Department of State, Office of the Historian, 1997; NSC Home). As diplomacy seemed to be failing, there was an increased need to coordinate the US defense bodies which include the Marine Corps, Air force, CIA, Navy, and the United States Army. The National Security Council was created with the President being the chairperson. Members included secretaries of state of state and defense. This council was established to coordinate foreign policy and defense policy and get ready in case of eruption of a war after its inception. As outlined in the 1947 Act, the role of the NSC was to advise the president on the integration of policies that had a direct or indirect relation to national security. This council was also mandated with the function of facilitating interagency cohesion and cooperation.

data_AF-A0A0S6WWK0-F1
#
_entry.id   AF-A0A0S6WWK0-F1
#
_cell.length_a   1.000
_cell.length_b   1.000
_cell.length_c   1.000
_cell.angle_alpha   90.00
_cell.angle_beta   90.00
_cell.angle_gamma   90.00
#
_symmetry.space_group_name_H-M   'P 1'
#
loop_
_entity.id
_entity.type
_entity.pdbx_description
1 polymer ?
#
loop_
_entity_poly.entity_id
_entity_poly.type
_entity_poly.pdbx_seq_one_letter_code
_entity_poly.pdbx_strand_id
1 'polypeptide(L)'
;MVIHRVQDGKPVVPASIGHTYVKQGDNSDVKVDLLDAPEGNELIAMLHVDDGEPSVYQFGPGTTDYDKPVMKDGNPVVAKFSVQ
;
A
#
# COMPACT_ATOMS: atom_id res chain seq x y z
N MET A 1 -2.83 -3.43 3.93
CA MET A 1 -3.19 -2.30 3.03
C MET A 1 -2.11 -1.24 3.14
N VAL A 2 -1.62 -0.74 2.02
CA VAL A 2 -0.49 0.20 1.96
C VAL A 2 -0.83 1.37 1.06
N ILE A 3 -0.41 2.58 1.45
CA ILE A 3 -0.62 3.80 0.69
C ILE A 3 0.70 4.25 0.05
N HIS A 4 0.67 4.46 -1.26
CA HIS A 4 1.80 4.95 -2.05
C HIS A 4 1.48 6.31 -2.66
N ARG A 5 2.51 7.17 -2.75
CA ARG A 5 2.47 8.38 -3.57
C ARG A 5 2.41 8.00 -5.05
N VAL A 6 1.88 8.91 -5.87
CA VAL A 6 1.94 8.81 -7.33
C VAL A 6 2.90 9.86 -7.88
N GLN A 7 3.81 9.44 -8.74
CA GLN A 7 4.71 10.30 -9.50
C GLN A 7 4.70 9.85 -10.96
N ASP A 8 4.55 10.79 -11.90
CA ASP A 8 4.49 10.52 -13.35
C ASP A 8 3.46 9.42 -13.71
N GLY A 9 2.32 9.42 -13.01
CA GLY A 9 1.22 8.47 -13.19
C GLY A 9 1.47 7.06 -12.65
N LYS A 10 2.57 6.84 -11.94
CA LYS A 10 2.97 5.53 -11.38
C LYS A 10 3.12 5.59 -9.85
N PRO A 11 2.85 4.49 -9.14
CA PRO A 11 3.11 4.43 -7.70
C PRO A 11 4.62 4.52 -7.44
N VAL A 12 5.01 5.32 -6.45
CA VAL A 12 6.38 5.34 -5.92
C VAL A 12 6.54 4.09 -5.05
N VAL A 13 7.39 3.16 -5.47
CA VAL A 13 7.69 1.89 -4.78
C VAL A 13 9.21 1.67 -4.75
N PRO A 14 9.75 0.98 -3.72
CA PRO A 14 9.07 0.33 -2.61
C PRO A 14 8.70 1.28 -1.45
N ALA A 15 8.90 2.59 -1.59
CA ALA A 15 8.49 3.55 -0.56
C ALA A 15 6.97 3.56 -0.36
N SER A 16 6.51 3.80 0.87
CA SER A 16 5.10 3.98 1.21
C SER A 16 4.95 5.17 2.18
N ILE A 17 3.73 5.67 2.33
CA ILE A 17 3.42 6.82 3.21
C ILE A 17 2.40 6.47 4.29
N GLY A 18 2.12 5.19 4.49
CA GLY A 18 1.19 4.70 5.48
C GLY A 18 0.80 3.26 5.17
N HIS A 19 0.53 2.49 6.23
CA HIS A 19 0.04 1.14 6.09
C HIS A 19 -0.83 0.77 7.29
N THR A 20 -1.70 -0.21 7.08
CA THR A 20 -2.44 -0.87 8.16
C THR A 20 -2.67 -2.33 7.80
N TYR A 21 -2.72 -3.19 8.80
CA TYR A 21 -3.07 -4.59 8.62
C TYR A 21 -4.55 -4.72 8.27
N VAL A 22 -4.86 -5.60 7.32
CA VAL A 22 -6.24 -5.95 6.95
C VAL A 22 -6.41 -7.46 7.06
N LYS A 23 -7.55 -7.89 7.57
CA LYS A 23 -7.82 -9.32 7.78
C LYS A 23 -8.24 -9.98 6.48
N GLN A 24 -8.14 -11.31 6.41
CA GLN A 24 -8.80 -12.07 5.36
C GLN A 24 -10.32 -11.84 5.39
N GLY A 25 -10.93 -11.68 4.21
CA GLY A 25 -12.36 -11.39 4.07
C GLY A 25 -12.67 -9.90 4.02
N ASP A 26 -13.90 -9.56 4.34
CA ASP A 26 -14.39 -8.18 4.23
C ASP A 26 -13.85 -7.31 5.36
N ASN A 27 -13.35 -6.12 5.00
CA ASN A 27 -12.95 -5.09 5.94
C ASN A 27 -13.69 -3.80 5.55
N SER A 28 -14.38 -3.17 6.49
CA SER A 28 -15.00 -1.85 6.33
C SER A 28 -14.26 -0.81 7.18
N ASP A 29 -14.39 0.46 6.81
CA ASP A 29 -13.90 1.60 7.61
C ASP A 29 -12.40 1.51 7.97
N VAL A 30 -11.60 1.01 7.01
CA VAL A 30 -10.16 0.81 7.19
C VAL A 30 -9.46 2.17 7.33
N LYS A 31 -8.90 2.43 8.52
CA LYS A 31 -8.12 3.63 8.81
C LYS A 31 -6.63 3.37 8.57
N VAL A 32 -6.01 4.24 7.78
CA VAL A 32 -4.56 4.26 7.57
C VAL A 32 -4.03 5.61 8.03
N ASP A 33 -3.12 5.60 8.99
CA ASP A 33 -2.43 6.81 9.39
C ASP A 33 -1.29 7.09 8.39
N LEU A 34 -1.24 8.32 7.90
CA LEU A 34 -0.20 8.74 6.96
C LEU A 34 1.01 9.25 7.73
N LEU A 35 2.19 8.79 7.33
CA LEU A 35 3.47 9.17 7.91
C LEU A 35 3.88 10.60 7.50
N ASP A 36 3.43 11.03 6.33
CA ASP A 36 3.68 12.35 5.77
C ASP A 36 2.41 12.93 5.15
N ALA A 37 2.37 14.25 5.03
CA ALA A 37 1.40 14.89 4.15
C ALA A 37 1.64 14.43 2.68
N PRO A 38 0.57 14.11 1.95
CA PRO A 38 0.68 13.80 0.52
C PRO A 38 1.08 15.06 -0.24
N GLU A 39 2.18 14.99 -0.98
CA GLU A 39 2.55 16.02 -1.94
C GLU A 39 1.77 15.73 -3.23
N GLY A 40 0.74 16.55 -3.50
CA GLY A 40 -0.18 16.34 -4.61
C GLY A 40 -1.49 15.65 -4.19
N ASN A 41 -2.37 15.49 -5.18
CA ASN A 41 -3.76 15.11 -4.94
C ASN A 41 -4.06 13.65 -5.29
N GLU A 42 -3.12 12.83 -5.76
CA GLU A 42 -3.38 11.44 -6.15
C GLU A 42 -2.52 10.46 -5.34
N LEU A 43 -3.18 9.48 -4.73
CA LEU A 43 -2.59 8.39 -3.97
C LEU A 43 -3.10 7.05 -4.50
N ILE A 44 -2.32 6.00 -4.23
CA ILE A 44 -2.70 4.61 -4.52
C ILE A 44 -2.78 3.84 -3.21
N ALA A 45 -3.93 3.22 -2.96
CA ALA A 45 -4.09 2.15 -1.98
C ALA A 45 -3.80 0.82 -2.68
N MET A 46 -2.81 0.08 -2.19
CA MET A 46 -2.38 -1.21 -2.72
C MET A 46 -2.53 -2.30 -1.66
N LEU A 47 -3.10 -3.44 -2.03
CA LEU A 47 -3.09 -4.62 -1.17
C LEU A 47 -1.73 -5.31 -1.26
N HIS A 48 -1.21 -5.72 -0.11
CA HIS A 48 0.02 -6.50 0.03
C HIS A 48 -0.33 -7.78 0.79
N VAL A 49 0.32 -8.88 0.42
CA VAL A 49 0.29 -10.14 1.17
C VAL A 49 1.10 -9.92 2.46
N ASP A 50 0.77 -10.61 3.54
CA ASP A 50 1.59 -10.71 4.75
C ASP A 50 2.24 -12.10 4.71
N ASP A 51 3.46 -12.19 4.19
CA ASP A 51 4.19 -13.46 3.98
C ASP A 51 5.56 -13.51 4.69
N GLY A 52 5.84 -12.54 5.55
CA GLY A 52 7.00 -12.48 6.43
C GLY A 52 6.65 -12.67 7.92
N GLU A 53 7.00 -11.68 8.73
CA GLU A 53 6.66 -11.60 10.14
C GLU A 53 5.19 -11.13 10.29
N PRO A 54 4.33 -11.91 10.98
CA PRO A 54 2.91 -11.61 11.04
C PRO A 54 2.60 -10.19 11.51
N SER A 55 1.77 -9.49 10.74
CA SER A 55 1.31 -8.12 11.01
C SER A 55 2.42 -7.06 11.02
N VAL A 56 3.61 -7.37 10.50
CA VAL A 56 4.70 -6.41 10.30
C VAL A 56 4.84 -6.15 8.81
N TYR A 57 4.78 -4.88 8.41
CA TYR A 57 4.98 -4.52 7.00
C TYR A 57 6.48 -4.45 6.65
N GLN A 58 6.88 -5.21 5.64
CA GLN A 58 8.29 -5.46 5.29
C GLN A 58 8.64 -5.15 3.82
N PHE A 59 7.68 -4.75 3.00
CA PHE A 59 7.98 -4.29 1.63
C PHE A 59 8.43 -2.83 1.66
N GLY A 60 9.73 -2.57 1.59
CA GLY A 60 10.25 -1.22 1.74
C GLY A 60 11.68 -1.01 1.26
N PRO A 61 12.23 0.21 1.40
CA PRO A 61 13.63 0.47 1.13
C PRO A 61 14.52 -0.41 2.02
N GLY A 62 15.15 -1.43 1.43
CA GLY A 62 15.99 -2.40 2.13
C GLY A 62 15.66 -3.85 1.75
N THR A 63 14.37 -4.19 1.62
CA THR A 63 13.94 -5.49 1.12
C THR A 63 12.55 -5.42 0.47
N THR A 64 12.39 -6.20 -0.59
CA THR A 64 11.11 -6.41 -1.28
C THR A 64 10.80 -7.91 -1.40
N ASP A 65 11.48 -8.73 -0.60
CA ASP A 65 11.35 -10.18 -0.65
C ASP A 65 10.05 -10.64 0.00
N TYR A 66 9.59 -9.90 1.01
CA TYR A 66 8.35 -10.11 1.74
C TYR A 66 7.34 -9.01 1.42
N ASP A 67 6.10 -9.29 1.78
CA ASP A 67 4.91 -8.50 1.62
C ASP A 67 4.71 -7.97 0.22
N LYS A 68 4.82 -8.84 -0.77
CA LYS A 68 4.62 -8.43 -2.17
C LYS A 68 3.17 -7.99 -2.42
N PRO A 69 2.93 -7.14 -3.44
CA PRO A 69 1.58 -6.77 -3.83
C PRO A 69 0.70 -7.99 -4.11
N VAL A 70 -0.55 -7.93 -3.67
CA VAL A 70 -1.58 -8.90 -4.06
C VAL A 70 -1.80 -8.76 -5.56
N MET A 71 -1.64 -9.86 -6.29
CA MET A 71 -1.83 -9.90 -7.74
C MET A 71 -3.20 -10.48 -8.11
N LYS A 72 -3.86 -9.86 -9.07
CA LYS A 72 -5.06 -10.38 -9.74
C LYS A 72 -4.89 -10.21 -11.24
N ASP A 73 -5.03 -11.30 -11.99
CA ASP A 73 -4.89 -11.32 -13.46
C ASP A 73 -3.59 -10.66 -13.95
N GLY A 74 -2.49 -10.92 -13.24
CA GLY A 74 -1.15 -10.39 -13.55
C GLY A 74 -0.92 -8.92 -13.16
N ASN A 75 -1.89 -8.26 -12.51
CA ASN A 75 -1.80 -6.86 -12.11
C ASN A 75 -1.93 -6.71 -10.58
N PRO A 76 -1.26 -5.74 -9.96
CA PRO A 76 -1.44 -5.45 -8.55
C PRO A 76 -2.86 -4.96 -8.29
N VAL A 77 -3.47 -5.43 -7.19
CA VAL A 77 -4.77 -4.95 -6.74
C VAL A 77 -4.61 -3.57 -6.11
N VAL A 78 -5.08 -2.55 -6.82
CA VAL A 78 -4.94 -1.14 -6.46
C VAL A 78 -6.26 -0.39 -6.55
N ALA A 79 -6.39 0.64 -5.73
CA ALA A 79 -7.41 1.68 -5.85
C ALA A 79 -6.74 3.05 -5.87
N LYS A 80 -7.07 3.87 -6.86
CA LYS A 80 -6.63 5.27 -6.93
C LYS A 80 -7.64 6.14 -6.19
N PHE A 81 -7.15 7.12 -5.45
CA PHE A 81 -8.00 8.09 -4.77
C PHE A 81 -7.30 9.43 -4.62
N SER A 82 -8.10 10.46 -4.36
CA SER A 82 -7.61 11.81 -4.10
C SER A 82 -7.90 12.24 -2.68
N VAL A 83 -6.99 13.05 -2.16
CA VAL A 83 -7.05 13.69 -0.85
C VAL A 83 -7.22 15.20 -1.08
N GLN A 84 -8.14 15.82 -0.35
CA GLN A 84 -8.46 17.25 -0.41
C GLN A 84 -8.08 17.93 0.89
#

Policies that were proposed in relation to national security had to pass through the council for consideration. The functioning of the council was altered by various occurrences such as the Korean War. The years that followed, though under different presidents did not see much change to the functioning of the National Security Council. The turning point came after the 9/11 attack. The attacks on 9/11 came as a shock to the security docket. They realized they have been missing a lot in terms of infrastructure. Communication was paralyzed and the rescue mission almost failed. However, the US security ought to have been ready after the 1998 attacks on its embassies in Kenya and Tanzania. This led to the reconstruction of the NSC and later in 2009, President Barack Obama merged the White House Staff supporting the HSC and the NSC into the National Security Staff (NSS) though each continued to exist with their previous statutes. The reconstruction of the NSC after the 9/11 attack focused on the war against terrorism which was the new threat to national security. This was intensified with the war in Afghanistan and the control of the terrorists’